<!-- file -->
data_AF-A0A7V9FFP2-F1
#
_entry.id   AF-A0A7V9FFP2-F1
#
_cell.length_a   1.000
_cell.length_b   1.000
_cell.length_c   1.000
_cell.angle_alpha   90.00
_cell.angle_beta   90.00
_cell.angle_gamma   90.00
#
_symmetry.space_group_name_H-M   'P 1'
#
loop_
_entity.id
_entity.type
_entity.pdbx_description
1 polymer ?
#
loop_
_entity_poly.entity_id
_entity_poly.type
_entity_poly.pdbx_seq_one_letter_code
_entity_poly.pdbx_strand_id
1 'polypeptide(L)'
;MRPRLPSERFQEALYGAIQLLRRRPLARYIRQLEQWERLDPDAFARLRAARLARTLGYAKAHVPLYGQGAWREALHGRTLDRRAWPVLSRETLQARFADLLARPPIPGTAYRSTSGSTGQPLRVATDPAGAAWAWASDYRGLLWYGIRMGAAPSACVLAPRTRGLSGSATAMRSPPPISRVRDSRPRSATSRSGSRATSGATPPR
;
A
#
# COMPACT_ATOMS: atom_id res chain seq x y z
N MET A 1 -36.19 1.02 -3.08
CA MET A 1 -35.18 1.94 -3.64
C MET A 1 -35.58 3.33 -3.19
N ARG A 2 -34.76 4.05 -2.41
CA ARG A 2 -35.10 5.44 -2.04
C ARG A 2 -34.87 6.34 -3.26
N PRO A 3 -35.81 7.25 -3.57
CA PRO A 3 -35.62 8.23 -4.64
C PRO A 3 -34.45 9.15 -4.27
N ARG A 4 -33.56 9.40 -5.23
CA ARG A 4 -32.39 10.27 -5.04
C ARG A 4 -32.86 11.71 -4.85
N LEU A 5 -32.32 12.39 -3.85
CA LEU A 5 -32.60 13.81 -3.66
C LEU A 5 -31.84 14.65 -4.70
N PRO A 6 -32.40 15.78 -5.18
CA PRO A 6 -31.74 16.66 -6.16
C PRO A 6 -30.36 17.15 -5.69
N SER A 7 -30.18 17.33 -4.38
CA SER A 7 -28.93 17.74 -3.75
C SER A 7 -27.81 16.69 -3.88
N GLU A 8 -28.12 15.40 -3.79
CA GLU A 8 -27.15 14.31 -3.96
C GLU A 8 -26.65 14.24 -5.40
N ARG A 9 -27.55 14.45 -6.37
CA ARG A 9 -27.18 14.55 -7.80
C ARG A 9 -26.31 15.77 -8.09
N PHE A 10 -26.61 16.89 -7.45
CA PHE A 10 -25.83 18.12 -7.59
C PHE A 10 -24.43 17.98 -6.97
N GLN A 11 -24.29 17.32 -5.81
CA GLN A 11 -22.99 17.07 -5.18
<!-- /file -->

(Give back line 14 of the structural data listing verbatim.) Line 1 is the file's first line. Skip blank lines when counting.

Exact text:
loop_